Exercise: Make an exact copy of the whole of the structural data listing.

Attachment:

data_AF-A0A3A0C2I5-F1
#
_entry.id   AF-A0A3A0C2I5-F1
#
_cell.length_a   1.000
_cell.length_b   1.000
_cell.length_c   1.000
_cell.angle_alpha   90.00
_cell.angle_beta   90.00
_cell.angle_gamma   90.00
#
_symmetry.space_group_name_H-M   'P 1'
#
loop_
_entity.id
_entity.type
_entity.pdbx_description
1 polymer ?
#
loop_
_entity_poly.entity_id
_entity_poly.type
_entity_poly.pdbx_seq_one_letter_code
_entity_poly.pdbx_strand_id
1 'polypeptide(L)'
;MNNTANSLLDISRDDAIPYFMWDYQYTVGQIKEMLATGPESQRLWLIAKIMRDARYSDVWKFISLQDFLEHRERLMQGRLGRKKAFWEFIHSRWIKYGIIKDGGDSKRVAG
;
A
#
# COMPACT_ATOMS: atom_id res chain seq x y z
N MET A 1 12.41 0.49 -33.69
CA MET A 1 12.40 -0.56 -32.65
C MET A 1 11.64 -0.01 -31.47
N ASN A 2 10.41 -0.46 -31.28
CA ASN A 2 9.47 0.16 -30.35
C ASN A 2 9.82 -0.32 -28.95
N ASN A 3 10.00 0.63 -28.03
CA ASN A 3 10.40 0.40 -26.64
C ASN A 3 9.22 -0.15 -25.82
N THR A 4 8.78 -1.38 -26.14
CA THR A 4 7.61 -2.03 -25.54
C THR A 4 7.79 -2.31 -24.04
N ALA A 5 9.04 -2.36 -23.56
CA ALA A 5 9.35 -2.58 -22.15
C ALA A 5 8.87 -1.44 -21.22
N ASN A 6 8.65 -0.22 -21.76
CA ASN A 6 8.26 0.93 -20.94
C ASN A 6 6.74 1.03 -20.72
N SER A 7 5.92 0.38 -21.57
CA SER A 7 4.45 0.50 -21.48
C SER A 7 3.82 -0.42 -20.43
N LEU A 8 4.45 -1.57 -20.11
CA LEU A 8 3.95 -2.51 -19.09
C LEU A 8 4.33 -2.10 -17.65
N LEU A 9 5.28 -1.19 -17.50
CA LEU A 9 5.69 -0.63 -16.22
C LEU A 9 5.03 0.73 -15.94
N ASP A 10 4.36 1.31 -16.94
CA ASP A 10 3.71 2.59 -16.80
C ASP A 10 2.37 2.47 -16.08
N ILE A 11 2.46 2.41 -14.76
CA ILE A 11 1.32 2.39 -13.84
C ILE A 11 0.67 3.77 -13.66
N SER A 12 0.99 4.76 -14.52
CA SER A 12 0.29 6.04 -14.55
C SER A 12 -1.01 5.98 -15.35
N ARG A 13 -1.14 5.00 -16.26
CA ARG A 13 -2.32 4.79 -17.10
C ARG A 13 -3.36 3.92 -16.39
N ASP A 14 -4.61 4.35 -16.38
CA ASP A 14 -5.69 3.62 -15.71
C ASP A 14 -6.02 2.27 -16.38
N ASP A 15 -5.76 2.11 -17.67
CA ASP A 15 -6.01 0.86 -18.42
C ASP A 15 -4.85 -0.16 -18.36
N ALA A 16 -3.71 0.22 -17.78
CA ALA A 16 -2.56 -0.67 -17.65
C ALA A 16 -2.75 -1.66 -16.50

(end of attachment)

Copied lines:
data_AF-A0A3A0C2I5-F1
#
_entry.id   AF-A0A3A0C2I5-F1
#
_cell.length_a   1.000
_cell.length_b   1.000
_cell.length_c   1.000
_cell.angle_alpha   90.00
_cell.angle_beta   90.00
_cell.angle_gamma   90.00
#
_symmetry.space_group_name_H-M   'P 1'
#
loop_
_entity.id
_entity.type
_entity.pdbx_description
1 polymer ?
#
loop_
_entity_poly.entity_id
_entity_poly.type
_entity_poly.pdbx_seq_one_letter_code
_entity_poly.pdbx_strand_id
1 'polypeptide(L)'
;MNNTANSLLDISRDDAIPYFMWDYQYTVGQIKEMLATGPESQRLWLIAKIMRDARYSDVWKFISLQDFLEHRERLMQGRLGRKKAFWEFIHSRWIKYGIIKDGGDSKRVAG
;
A
#
# COMPACT_ATOMS: atom_id res chain seq x y z
N MET A 1 12.41 0.49 -33.69
CA MET A 1 12.40 -0.56 -32.65
C MET A 1 11.64 -0.01 -31.47
N ASN A 2 10.41 -0.46 -31.28
CA ASN A 2 9.47 0.16 -30.35
C ASN A 2 9.82 -0.32 -28.95
N ASN A 3 10.00 0.63 -28.03
CA ASN A 3 10.40 0.40 -26.64
C ASN A 3 9.22 -0.15 -25.82
N THR A 4 8.78 -1.38 -26.14
CA THR A 4 7.61 -2.03 -25.54
C THR A 4 7.79 -2.31 -24.04
N ALA A 5 9.04 -2.36 -23.56
CA ALA A 5 9.35 -2.58 -22.15
C ALA A 5 8.87 -1.44 -21.22
N ASN A 6 8.65 -0.22 -21.76
CA ASN A 6 8.26 0.93 -20.94
C ASN A 6 6.74 1.03 -20.72
N SER A 7 5.92 0.38 -21.57
CA SER A 7 4.45 0.50 -21.48
C SER A 7 3.82 -0.42 -20.43
N LEU A 8 4.45 -1.57 -20.11
CA LEU A 8 3.95 -2.51 -19.09
C LEU A 8 4.33 -2.10 -17.65
N LEU A 9 5.28 -1.19 -17.50
CA LEU A 9 5.69 -0.63 -16.22
C LEU A 9 5.03 0.73 -15.94
N ASP A 10 4.36 1.31 -16.94
CA ASP A 10 3.71 2.59 -16.80
C ASP A 10 2.37 2.47 -16.08
N ILE A 11 2.46 2.41 -14.76
CA ILE A 11 1.32 2.39 -13.84
C ILE A 11 0.67 3.77 -13.66
N SER A 12 0.99 4.76 -14.52
CA SER A 12 0.29 6.04 -14.55
C SER A 12 -1.01 5.98 -15.35
N ARG A 13 -1.14 5.00 -16.26
CA ARG A 13 -2.32 4.79 -17.10
C ARG A 13 -3.36 3.92 -16.39
N ASP A 14 -4.61 4.35 -16.38
CA ASP A 14 -5.69 3.62 -15.71
C ASP A 14 -6.02 2.27 -16.38
N ASP A 15 -5.76 2.11 -17.67
CA ASP A 15 -6.01 0.86 -18.42
C ASP A 15 -4.85 -0.16 -18.36
N ALA A 16 -3.71 0.22 -17.78
CA ALA A 16 -2.56 -0.67 -17.65
C ALA A 16 -2.75 -1.66 -16.50